What Causes Moles? – Here Are the Main Causal Agents
Everyone has moles, and some people are born with them. The reasons why moles grow on the skin vary; from genetics, to fluctuations in hormonal levels and too much sun exposure.
Most people usually grow moles during childhood, whereas some develop moles later on in life. Research conducted by the American Academy of Dermatology shows that moles are caused by very high concentration of pigment cells in a person’s skin. They are usually small and flat and may assume a raised stance and grow eventually.
If you are not keen, you may confuse moles with freckles, which are also dark spots on the skin that develop due to sun exposure.
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How do you get moles?
Everyone has moles, and some people are born with them.
A research conducted by Mayo Clinic shows that scientists don’t really know why moles appear or if they have a purpose. And according to the Cleveland Clinic, it’s not surprising for grown-ups to have even up to 40 moles on their bodies.
Even though it’s common for moles to completely disappear or change, those that look a bit different or appear unexpectedly in adulthood ought to be checked out.
How are moles formed?
Skin moles are harmless/non-cancerous tumors on the skin, typically oval or round in shape. Moles are usually darker in color than the surrounding skin. However, the color may have various shades. Some skin moles are flat while others assume a raised stance.
Most people will develop moles in their childhood, while some develop later on in their early adulthood.
The various types of moles include:
- Junctional-melanocytic moles which are typically brown in color, round and flat.
- Dermal-melanocytic moles which are typically raised, pale and at times hairy.
- Compound-melanocytic moles which are usually raised, light brown in color and at times hairy.
Rarer types of moles include:
- Halo moles surrounded by a white ring where the skin has lost its color.
- Atypical or dysplastic moles which are strange looking and faintly bigger moles that come in several colors and are either bumpy or flat. Further details can be found here.
- Blue moles that are normally dark blue in color.
Skin moles are usually caused by the melanocyte cells in a person’s skin. The melanocyte’s cells produce melanin and gives color to the hair, skin and eyes. When melanocyte cells are unevenly spread throughout the skin and develop in constricted groups, moles start appearing.
Given that most melanocyte cells develop normally, they are generally harmless. Though in other cases, the melanocyte cells could start to develop in an odd way, such as when they develop very quickly past normal. If this happens, it results in cancer of the skin, commonly known as melanoma.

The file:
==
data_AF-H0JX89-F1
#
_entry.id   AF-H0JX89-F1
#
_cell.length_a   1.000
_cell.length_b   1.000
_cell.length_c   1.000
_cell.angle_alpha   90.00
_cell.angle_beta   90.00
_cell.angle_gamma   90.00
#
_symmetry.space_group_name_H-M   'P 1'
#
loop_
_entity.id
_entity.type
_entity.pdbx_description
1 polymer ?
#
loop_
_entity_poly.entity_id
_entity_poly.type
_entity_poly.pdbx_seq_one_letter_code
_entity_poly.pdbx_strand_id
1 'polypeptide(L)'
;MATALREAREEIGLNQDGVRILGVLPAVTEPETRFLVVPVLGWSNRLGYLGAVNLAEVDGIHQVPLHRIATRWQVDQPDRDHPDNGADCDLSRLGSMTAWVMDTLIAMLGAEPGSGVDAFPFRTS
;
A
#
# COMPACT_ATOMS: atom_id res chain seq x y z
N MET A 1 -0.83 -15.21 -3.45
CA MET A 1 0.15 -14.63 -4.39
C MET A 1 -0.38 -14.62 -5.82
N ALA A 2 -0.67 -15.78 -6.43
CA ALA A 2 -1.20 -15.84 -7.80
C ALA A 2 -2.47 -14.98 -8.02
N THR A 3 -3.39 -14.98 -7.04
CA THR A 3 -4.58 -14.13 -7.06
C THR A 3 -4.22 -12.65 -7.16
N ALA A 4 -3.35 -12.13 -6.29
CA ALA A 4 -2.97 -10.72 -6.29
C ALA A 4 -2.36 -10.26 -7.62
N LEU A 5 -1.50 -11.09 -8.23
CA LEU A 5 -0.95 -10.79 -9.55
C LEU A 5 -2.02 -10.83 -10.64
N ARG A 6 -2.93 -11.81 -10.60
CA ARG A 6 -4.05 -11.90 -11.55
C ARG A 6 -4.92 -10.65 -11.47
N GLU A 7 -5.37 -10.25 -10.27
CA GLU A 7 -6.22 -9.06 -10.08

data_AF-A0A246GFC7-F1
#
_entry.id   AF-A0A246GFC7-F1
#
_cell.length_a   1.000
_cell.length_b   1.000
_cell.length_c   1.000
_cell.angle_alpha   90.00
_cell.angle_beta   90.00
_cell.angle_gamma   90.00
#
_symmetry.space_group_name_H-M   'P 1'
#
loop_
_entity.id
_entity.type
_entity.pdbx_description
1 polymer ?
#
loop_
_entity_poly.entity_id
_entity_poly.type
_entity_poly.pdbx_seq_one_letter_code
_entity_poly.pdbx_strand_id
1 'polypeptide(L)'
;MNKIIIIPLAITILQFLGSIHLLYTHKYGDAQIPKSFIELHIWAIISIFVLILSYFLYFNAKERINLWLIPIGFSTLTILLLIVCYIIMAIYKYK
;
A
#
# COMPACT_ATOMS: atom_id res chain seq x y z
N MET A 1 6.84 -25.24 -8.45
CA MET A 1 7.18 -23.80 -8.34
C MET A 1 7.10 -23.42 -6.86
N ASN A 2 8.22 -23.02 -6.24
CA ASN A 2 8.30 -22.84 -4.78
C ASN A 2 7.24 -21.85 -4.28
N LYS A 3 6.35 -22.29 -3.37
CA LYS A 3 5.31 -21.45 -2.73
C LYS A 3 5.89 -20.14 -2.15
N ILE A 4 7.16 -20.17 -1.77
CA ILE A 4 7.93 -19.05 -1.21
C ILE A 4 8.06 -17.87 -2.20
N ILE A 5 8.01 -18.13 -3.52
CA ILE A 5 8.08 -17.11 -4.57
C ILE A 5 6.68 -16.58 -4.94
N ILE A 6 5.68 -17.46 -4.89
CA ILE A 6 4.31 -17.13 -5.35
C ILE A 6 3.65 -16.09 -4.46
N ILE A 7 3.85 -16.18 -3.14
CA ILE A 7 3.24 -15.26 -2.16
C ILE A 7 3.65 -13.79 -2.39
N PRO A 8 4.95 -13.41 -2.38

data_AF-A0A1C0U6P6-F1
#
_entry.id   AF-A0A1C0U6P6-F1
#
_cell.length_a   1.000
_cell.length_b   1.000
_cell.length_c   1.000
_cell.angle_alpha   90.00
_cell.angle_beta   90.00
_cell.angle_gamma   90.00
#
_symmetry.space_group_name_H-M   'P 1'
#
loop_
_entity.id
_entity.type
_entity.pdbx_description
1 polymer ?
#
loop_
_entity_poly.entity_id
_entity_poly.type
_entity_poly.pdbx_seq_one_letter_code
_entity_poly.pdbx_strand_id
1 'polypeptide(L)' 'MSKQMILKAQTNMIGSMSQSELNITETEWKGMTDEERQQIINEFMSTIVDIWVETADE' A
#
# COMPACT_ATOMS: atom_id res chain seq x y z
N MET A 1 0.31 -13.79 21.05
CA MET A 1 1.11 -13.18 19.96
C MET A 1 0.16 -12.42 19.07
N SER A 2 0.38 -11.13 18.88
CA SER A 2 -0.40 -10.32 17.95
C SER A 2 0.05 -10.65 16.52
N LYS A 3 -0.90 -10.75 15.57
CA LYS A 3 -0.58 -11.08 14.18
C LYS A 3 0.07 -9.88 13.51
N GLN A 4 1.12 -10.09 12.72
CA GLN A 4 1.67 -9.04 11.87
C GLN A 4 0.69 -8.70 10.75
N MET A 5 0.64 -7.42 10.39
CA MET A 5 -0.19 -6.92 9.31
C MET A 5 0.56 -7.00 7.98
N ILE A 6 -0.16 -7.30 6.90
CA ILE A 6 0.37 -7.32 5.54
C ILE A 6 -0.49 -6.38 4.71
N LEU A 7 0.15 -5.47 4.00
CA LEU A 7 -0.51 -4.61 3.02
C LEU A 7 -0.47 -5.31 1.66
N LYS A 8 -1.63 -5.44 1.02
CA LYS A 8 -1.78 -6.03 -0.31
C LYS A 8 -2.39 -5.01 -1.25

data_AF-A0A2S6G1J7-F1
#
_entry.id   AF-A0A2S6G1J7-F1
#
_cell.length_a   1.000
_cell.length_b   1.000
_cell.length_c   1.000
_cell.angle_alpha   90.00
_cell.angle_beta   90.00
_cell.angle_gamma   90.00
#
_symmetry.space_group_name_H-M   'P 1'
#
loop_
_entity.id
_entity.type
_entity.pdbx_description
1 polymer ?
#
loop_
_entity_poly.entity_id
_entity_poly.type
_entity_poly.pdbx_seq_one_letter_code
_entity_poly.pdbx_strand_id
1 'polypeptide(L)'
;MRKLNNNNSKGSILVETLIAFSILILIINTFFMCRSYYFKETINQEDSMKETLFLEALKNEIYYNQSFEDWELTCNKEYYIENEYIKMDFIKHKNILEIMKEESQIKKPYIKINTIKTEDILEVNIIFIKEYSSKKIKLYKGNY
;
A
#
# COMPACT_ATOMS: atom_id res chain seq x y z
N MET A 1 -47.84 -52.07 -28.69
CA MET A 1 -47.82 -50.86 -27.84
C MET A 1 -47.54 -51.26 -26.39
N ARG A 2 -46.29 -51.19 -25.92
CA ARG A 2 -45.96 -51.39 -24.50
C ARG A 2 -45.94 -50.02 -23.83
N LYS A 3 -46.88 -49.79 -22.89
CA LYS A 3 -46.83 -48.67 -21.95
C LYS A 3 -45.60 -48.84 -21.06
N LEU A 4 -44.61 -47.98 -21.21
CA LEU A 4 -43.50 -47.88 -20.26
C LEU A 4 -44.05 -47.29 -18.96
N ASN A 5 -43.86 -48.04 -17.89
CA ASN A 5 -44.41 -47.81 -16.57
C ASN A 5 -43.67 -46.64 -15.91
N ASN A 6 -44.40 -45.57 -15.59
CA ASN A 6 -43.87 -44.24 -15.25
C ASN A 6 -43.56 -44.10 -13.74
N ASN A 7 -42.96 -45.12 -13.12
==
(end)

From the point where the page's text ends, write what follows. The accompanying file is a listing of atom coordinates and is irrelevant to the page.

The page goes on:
Moles occur in both animals and people of all races and skin colors – be it Asian, Caucasian, Indian and African.
What causes freckles and moles to appear on skin?
The main causes of moles on the skin are:
- Too much sun exposure:
The primary reason for most moles to grow is excessive exposure to the sun. Too much exposure to the sun and especially during infancy and in the teenage years significantly increases the likelihood of developing new moles or to cause present ones to grow in size.
A person’s genetics also play an important role too. Genetics would be the other reason for facial moles appearing on the skin. It is true that genetics indeed play an vital role in a person’s health. Likewise, if you find moles developing on your body, then it surely has a genetic background. It could be that your parents and even ancestors spot moles on their skin. If you have lots of moles due to genetic reasons, then you are considered to be at a very high risk of developing a certain type of skin cancer commonly known as melanoma.
- Fluctuations in hormonal-levels:
Hormonal changes during the teenage years, pregnancy and at menopause can cause present moles to develop and for new ones to grow.
This is also how moles respond to hormonal changes during each of these periods:
- during pregnancy, these moles may get a little darker;
- in the teenage years, moles tend to increase in number;
- during senior years, moles tend to disappear – at age 40 or 50.
People with lighter skin color tend to have more moles than those with darker skin.
The main reason for most moles to develop is too much exposure to sunlight.
Avoiding the sun or regular use of sunscreen can help reduce the occurrence of some forms of moles.
Do moles grow?
Moles do change as time goes by. Some get bigger, become more raised, assume a lighter color while others fade away. New moles may grow on a person’s skin until the age of 40. However, some changes are due to skin cancer. Prevent health complications earlier on by checking out your moles on a regular basis before they turn to cancer.
While most moles are harmless, or non-cancerous for that matter, in exceptional cases, they can progress into melanoma, which is an aggressive and a serious skin cancer.